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Another thing people don't realize when they say that adding an easy mode doesn't hurt the game is that development time is a resource.

From Software dedicated a lot of time and effort to refine the feel of the game, so adding a different difficulty level isn't as simple as changing some values to make enemies hit softer or your character hit harder. Some people are happy with this and maybe more items or a rewind mechanism, but that probably wouldn't be the answer for the devs.

To keep they quality level up, the team would have to rebalance the game and test everything. Speaking as a a software developer, even though a lot of code is reused, the rebalancing and retesting isn't trivial.

Time invested in a difficulty the devs likely don't want in their game unless it provides the same type of quality the base game does means less time spent on the main game. Or if they add it after like some people think they should do, it means less time on the next game. Development doesn't just magically happen and developers have to put in time and get paid for their efforts. So it actually can inevitably affect the main game for the original fanbase.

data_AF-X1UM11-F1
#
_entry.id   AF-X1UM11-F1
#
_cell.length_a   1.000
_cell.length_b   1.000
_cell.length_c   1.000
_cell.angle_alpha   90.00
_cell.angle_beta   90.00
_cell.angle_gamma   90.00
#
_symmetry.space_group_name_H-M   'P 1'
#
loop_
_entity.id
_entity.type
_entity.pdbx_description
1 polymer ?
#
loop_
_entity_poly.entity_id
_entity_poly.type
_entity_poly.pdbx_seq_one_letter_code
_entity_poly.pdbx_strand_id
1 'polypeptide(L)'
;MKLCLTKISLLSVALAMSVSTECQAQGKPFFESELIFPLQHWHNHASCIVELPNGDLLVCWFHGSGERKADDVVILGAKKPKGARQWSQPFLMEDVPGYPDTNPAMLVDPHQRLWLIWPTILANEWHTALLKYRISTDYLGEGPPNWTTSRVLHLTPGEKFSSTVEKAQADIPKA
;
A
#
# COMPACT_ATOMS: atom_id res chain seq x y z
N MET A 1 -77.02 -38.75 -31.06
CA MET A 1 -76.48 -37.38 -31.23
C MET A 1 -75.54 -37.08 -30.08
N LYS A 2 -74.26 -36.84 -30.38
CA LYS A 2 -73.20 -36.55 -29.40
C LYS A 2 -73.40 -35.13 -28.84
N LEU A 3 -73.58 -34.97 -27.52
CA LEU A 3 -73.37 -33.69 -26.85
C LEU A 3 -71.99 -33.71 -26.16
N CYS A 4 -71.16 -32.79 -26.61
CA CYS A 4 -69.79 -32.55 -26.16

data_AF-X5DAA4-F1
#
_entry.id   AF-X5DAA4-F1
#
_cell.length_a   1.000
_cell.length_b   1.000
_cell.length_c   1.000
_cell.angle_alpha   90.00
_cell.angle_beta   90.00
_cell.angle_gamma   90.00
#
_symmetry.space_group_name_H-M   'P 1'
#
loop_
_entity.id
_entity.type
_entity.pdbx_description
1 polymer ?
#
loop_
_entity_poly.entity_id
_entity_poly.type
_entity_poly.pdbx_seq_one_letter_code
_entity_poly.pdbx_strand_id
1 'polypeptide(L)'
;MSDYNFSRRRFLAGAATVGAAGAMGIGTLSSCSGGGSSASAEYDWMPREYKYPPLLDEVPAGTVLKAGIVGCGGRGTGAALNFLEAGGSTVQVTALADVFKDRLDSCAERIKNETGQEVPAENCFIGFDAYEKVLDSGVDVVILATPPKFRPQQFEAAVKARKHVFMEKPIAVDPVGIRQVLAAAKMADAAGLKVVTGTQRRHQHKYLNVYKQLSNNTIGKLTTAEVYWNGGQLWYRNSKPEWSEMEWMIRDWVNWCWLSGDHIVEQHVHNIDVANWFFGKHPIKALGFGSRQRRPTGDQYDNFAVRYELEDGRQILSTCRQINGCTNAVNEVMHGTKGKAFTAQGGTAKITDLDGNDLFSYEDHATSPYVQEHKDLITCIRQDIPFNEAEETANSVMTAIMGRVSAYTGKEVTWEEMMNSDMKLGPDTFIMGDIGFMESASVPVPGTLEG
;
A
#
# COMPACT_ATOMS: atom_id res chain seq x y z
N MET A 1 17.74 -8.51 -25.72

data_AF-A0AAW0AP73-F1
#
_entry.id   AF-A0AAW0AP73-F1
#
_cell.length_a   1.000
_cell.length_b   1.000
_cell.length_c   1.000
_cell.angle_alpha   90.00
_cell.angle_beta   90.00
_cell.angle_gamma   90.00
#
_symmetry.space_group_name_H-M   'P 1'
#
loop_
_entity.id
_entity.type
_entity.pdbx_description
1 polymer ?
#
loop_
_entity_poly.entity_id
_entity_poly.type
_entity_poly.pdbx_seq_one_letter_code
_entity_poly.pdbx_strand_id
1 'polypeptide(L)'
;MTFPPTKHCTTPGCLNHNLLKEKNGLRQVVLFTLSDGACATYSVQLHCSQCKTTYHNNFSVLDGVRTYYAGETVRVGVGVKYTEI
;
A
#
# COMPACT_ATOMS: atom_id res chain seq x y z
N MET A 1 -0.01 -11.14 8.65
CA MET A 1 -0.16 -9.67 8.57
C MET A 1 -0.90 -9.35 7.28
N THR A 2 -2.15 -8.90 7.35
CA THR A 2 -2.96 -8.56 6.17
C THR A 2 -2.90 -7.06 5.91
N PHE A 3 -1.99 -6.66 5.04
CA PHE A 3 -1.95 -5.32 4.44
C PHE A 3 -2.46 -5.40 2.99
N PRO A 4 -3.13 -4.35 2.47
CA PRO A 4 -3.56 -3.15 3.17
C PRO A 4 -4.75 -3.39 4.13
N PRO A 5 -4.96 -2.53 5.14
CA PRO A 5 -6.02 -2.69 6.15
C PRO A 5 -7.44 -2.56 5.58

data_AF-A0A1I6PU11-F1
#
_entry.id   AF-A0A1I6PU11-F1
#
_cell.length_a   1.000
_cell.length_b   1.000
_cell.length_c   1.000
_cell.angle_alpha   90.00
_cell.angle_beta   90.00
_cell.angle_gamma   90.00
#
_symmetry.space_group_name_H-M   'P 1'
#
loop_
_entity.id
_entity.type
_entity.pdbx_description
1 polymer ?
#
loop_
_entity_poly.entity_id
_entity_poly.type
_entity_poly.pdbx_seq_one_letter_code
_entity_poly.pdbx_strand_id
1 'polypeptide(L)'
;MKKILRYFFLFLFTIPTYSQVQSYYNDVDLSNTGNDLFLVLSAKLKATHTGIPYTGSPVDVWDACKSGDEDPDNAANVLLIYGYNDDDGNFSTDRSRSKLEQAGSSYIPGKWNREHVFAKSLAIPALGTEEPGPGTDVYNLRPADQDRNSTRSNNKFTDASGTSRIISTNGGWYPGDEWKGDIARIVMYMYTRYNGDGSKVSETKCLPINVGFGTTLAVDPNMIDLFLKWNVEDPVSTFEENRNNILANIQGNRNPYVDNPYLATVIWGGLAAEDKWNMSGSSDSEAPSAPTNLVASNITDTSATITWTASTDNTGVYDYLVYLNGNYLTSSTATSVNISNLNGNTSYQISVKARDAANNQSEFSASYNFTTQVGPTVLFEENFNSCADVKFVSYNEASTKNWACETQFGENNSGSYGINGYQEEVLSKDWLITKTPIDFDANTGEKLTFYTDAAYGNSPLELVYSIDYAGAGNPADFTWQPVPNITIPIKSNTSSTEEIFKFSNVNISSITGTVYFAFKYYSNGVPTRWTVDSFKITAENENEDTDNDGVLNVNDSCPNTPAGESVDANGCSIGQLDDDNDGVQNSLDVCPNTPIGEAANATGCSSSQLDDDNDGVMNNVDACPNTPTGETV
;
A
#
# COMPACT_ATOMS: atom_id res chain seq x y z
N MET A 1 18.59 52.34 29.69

Games done by Rockstar and Nintendo can include it all, because they don't have to limit budget time. Their games typically have a broader appeal and sell in the 10s of millions of copies.

But action games don't sell like that. Even DMC 5, a lauded game by both critics and fans, will be lucky to hit 5 million units over its lifetime. And even though it has the option of difficulty built in, the base game takes a third to half the time to beat as one would beat Sekiro or Bloodborne. Probably less for Dark Souls.

When it comes to options, graphics, whatever is in a game, if it exists someone has to build it. That means time put into that takes time away from something else unless a studio has a blank check (which most don't since smaller studios live and die by the next game).